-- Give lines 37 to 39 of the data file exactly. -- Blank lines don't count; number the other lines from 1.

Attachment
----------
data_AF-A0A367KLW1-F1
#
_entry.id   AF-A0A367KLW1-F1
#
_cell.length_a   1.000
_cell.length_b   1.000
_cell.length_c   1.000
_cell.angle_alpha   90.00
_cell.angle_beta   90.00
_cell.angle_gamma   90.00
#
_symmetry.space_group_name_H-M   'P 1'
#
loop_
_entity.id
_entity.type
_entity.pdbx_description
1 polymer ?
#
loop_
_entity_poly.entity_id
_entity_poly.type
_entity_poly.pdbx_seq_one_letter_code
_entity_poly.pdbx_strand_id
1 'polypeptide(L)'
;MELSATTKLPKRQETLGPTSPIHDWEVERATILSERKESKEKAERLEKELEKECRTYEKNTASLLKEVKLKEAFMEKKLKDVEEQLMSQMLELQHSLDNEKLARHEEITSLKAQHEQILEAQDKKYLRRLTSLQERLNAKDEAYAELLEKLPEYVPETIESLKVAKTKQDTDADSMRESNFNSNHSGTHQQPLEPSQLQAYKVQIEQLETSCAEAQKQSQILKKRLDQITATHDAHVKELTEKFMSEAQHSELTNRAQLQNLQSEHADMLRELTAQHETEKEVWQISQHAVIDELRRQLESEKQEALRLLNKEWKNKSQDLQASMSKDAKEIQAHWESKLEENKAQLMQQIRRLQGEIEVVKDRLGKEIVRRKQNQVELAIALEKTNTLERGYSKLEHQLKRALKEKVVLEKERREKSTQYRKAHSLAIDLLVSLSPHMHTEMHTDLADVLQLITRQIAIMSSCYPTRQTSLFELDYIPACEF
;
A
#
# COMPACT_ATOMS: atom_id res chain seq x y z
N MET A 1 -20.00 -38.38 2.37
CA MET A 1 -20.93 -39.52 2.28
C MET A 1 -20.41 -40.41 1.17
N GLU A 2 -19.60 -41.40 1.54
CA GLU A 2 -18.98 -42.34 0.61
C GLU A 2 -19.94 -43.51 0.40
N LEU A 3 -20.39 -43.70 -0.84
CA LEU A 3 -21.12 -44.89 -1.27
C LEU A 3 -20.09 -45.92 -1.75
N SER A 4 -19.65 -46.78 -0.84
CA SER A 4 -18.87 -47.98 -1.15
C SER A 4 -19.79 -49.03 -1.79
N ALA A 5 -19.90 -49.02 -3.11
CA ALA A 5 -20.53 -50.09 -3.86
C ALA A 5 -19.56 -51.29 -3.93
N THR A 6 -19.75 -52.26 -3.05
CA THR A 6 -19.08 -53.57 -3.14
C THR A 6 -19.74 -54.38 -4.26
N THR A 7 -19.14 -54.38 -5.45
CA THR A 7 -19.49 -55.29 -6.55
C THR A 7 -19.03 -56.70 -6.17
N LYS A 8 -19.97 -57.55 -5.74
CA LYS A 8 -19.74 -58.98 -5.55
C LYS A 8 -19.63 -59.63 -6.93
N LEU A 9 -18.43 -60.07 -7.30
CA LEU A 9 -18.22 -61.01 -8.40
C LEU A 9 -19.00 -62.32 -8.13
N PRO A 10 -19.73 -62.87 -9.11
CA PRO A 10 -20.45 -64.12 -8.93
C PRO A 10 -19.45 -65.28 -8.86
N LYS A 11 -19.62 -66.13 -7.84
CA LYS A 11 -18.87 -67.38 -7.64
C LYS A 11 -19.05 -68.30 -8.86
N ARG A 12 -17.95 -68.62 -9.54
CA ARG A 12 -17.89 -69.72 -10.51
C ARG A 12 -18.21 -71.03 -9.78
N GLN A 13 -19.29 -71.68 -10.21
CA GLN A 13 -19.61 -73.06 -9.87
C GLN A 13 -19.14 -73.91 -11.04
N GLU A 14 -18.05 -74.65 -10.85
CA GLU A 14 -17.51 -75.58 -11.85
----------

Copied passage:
N LEU A 3 -20.39 -43.70 -0.84
CA LEU A 3 -21.12 -44.89 -1.27
C LEU A 3 -20.09 -45.92 -1.75